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of antique words and habits is not formal or antiquarian only, but denotes a living insight into the thought and heart of the dead people whose life they shaped. Then they are both colourists of a high order. Mr. Rossetti excels all his contemporaries, is excelled by no one perhaps since Titian, in the oriental richness, the vivid splendour, the intense glow which he can bring out of colours that, in the hands of other men, remain dingy and ineffective, and produce no vivid impression. It is always, in like manner, the colour of an object which first attracts Mr. Morris's eye. He falls in love with the golden hair of his heroines before he marks whether they are tall or short, ugly or beautiful. The green and gold and purple and scarlet which Mr. Rossetti uses are reproduced in his poems.”

In his dramatic realism William Morris was not always introducing us to the knightly heroes of the past; there were poems in which he was transmuting feeling into colour in a way that might appeal to the most modern amongst us.

The following is a fair instance of early power in the production of what in a landscape painting might be called feeling. We quote from the Oxford and Cambridge Magazine, following only two small typographical corrections made when the poem was reprinted, and making another small alteration that is almost imperceptible :

Pray but one prayer for me 'twixt thy closed lips,

Think but one thought of me up in the stars.
The summer night waneth, the morning light slips

Faint and grey 'twixt the leaves of the aspen, betwixt the cloud bars
That are patiently waiting there for the morn-

Patient and colourless, though Heaven's gold
Waits to float through them along with the sun.
Far out in the nieadows, above the young corn,

The heavy elms wait, and restless and cold
The uneasy wind rises ; the roses are dun;
Through the long twilight they pray for the morn,
Round the lone house in the midst of the corn.

Speak but one word to me over the corn,
Over the tender, bow'd locks of the corn.

This first poetic achievement was, as might be expected, a succès d'estime rather than a commercial one. About William Morris's later works a very different story could be told; and yet he is known to have said that a man should not expect to be paid for work which has already given him his return in the pleasure of the doing of it, and that the labour which deserves remuneration is when we face the annoyances of the less ideal business of life.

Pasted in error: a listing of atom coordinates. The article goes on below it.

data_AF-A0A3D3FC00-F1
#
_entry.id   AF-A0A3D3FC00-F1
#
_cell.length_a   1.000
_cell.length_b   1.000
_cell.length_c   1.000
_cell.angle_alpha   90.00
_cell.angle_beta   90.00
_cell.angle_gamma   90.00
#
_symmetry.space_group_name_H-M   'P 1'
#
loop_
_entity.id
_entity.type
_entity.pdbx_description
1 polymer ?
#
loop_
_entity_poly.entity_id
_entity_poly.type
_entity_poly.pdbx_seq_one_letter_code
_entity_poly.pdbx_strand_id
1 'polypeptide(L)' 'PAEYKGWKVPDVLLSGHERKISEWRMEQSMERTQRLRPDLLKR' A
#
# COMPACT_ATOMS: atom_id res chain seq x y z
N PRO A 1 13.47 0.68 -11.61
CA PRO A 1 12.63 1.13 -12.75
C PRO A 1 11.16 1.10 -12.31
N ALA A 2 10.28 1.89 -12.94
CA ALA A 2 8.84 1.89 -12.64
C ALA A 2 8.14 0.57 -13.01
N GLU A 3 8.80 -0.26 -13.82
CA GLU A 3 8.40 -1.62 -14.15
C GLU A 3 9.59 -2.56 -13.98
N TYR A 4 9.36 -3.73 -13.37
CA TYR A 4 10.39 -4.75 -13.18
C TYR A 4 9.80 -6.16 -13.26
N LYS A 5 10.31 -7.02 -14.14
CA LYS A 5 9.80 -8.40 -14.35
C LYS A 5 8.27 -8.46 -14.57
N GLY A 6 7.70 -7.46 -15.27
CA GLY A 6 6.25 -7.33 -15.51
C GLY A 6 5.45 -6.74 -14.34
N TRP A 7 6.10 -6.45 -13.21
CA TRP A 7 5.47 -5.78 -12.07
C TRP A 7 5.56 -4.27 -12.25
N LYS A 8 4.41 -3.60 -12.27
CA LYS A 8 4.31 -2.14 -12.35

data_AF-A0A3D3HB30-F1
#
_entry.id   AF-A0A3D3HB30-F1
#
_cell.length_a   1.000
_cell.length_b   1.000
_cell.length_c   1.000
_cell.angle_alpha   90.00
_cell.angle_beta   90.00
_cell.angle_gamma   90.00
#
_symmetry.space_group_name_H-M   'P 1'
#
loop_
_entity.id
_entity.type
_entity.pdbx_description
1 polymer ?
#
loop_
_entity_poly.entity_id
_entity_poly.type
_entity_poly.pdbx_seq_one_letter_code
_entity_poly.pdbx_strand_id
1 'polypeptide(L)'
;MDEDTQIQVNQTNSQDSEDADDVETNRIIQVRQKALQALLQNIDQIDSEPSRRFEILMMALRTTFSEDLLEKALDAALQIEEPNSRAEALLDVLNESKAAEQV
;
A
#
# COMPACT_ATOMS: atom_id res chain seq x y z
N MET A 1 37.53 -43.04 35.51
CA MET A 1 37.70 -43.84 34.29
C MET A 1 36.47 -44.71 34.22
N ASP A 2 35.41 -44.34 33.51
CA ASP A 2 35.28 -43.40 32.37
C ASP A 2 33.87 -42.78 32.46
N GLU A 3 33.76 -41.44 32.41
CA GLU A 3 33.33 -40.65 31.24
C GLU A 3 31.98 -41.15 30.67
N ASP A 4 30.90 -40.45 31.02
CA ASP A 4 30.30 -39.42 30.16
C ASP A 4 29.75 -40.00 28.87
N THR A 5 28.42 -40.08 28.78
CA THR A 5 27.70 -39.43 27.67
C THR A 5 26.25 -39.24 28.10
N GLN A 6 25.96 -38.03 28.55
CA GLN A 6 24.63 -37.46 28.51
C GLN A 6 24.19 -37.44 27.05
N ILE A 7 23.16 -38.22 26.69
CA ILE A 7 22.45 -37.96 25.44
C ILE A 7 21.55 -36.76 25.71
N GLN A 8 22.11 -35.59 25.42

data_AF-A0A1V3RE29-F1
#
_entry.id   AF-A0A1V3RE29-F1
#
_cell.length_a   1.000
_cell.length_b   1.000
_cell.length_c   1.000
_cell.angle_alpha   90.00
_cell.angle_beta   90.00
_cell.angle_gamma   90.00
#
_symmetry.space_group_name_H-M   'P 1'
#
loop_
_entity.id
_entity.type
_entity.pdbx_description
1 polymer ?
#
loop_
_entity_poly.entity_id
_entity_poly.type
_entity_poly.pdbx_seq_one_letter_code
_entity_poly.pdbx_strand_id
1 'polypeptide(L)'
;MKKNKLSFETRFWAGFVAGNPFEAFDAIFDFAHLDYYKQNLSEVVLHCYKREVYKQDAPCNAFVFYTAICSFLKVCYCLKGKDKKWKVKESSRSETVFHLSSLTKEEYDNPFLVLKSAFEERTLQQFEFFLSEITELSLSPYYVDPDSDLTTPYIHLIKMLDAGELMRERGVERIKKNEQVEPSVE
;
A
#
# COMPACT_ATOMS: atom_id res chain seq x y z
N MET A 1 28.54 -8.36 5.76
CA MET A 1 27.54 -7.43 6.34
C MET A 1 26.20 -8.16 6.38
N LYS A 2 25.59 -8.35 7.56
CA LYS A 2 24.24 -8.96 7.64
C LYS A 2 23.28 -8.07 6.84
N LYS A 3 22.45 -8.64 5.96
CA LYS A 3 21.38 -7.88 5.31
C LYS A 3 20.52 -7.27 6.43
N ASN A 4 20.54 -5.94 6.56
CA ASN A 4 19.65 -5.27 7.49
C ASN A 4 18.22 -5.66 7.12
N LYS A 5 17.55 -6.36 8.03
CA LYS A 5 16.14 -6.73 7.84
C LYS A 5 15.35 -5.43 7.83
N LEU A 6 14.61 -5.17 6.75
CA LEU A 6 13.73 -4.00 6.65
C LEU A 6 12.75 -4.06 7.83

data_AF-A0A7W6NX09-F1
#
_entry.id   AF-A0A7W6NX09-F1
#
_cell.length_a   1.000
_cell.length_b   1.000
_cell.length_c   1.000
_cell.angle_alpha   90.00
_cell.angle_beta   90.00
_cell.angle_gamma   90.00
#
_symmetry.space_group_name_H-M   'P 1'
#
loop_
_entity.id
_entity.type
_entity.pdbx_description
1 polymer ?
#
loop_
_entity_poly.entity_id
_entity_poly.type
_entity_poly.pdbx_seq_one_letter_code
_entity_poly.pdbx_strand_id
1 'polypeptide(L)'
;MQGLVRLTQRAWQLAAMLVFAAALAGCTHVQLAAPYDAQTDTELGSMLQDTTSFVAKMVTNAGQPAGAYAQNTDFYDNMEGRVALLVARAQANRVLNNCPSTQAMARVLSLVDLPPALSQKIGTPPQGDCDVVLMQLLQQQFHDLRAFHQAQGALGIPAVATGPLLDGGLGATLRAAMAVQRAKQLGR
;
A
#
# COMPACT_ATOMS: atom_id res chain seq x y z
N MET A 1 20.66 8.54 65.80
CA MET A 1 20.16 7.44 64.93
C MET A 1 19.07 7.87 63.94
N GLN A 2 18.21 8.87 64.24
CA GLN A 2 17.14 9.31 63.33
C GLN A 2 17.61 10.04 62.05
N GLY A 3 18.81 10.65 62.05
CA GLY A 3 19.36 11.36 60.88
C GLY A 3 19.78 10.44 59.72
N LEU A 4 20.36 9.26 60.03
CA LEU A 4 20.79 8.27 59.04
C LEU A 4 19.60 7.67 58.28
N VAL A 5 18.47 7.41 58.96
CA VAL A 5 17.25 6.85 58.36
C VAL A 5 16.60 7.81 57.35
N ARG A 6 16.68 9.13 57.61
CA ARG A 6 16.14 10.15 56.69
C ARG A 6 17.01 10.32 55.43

The Defence of Guenevere ” has been since reprinted, rather than republished, without any revision from the author, which might have been a considerable labour, owing to the differences that arise, not so much from any necessity for correction as from the change of view con

sequent upon the development of maturity of thought and style. It was understood that the book was not to be advertised, as the author did not care to make himself again responsible for it; but, as there was nothing positively boyish in it, he did not like to say “No” to the request for its republication.

At the end of 1857 were in progress a series of paintings in distemper, treating subjects from the cycle of Arthurean romance, upon the walls of the Oxford Union Debating Room. The painters were J. H. Pollen, E. Burne Jones, V. Prinsep, D. G. Rossetti, Arthur Hughes, and William Morris, the subject taken up by Mr. Morris being Sir Palomides' Jealousy of Sir Tristram and the Fair Isulte. Sad to say, the exquisite decorative effect of these frescoes is becoming sadly marred, and that before its time, presumably through the use of treacherous materials. But the matter of wall paintings has been a disappointing one so often that no ruin of this kind surprises any longer, and we wonder rather that Mr. Leighton's work in the New Forest should show no visible mark of decay. More recently a ceiling was painted by Morris in the same debating room, and this, we will hope, will endure.

In 1858 or 1859 Morris married Miss Burden, a lady whose name might happily be absorbed by a writer of ballads. The family consists of two daughters, who show a practical sympathy with their father's tastes.